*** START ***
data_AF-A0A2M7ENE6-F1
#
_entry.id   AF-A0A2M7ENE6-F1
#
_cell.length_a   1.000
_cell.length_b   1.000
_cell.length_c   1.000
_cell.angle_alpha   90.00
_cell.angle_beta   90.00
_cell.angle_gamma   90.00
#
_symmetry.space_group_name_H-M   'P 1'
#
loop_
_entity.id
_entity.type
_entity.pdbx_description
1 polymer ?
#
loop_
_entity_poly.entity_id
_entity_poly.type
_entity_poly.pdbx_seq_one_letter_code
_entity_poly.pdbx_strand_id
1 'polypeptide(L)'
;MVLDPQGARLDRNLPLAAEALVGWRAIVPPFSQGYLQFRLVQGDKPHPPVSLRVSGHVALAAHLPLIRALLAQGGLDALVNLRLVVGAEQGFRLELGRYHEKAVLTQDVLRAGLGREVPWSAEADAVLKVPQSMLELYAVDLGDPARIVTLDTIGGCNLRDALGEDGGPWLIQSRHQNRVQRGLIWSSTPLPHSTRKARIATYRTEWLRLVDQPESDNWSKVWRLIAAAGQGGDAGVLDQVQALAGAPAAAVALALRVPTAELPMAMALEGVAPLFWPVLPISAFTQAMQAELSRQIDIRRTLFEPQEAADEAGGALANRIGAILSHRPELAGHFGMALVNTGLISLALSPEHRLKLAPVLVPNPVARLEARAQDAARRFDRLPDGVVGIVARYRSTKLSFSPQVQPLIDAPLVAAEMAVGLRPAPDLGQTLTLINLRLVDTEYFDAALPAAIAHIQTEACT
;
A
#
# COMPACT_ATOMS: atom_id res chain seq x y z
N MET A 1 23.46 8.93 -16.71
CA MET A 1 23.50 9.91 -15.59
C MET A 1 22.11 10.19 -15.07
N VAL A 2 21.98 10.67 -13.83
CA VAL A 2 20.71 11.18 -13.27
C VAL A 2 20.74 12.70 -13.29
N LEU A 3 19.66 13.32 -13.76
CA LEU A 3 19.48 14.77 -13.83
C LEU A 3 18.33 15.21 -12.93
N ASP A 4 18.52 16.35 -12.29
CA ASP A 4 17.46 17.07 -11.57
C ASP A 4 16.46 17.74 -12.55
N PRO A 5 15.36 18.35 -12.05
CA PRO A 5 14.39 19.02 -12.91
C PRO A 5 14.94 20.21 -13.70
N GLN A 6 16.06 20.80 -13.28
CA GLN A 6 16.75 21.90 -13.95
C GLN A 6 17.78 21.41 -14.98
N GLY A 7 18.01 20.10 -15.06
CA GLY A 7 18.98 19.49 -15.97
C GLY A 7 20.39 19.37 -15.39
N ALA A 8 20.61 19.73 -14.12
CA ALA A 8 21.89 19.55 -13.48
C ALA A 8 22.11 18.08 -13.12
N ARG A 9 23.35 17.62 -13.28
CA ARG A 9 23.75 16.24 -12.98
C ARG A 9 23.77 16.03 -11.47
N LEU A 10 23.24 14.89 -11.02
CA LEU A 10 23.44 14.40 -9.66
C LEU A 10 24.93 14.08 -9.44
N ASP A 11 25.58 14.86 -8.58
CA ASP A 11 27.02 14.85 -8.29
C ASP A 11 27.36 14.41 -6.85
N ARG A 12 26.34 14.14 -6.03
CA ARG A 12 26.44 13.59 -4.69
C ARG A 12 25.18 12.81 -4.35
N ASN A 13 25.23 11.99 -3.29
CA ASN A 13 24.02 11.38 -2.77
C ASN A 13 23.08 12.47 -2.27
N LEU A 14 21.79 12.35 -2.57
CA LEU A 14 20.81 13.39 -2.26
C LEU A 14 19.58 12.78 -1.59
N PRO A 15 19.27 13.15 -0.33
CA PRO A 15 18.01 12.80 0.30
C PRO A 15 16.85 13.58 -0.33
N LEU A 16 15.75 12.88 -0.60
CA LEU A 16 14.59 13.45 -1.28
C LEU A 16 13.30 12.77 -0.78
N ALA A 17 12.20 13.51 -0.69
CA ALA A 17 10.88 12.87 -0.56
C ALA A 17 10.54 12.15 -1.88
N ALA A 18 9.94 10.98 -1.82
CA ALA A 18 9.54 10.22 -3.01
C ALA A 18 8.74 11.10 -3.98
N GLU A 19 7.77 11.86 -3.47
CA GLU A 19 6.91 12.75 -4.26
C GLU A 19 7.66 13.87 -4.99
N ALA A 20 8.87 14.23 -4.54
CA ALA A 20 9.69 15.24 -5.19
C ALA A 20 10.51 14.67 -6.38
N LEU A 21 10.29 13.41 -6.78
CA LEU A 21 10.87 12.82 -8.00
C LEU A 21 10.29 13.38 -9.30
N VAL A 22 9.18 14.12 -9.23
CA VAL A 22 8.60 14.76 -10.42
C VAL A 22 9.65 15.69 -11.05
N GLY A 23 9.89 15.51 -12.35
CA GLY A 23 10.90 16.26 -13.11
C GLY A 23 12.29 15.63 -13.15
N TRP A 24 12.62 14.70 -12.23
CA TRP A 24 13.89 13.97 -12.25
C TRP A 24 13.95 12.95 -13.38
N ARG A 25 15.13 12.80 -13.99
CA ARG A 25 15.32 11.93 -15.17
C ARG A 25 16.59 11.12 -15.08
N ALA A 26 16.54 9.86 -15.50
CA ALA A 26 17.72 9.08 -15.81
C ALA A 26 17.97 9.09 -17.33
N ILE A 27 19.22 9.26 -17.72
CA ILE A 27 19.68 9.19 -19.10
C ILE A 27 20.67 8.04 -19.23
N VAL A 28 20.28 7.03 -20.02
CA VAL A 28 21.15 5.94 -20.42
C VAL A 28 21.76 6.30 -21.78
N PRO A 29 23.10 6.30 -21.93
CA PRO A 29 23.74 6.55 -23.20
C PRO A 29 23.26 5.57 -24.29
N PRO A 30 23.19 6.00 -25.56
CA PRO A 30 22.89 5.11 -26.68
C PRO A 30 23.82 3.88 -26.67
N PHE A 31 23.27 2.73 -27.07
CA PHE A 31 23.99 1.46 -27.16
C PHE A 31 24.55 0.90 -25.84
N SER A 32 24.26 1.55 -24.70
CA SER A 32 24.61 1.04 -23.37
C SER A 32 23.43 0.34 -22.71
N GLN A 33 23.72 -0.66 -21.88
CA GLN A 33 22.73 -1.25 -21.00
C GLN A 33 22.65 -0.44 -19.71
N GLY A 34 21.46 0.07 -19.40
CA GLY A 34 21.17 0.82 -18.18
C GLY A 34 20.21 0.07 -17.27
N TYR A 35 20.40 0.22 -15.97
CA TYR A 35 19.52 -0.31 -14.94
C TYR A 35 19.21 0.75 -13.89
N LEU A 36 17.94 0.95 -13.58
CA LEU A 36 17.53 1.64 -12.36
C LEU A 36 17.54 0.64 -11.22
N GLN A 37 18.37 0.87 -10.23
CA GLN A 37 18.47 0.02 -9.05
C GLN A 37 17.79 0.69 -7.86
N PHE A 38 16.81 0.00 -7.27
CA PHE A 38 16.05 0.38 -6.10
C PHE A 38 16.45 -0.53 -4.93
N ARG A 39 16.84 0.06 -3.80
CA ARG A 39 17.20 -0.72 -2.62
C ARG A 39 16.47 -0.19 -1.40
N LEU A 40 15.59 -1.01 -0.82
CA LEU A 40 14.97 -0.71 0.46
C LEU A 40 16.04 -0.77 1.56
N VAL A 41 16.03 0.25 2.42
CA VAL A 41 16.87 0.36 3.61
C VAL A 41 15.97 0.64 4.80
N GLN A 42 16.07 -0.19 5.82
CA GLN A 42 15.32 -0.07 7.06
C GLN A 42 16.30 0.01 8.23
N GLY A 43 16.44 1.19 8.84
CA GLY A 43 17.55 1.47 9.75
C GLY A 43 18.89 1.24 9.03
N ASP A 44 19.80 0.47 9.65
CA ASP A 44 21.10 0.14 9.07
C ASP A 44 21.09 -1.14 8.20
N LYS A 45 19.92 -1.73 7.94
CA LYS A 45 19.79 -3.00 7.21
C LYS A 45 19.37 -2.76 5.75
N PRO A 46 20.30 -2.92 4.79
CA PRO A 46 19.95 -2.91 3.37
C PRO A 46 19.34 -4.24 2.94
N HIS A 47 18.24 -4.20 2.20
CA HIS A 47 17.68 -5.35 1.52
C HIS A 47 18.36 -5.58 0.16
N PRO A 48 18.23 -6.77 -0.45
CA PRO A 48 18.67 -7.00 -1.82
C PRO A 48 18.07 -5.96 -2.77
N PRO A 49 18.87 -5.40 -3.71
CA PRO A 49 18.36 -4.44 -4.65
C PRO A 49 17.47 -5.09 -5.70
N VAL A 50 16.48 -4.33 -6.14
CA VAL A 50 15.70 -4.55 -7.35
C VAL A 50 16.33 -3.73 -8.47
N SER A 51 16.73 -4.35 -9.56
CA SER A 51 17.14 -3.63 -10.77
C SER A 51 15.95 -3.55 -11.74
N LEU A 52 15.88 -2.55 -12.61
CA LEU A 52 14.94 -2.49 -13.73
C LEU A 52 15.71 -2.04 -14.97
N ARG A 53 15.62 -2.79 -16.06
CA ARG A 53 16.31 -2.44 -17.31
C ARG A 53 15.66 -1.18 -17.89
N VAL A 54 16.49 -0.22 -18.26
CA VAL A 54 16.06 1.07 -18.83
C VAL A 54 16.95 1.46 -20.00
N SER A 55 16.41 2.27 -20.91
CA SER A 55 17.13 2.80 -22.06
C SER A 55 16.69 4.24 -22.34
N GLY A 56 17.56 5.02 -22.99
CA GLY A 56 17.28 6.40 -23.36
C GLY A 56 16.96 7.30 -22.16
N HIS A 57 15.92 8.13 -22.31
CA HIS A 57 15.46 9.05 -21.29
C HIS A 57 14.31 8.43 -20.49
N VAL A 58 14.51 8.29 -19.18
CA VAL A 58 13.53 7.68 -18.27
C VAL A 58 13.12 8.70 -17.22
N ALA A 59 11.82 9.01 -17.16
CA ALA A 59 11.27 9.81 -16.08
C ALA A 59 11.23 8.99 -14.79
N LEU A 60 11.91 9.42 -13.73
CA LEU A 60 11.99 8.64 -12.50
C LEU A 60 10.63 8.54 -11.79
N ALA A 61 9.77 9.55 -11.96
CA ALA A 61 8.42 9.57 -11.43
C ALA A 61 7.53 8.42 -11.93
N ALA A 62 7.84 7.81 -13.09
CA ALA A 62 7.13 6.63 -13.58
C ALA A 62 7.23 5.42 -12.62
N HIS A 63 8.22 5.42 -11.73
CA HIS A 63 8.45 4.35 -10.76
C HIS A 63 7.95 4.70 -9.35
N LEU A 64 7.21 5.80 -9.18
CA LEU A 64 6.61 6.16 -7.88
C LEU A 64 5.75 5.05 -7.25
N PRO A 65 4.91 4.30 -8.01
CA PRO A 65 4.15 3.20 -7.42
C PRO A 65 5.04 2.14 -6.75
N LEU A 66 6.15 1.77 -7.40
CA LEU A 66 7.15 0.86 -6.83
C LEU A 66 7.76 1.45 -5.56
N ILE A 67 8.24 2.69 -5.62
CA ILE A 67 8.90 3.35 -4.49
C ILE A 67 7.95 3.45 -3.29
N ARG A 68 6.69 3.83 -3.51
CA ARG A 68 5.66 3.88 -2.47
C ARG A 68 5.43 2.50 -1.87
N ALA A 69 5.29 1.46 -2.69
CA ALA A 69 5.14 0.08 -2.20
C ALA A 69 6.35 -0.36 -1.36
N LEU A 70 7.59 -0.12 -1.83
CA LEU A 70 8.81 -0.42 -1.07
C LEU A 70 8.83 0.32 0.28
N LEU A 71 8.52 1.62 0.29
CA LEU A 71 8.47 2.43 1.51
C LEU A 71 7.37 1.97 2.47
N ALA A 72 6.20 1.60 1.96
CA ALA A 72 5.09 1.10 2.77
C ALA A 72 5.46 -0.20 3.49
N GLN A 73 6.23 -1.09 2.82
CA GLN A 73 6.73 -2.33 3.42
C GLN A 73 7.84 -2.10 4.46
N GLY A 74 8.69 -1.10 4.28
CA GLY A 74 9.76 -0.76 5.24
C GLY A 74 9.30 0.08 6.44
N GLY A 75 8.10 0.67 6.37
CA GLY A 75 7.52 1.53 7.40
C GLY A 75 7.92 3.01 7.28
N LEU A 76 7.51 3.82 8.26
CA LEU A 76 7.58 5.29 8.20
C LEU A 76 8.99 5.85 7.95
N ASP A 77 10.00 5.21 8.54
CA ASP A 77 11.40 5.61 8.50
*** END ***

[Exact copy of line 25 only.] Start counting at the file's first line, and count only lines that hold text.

1 'polypeptide(L)'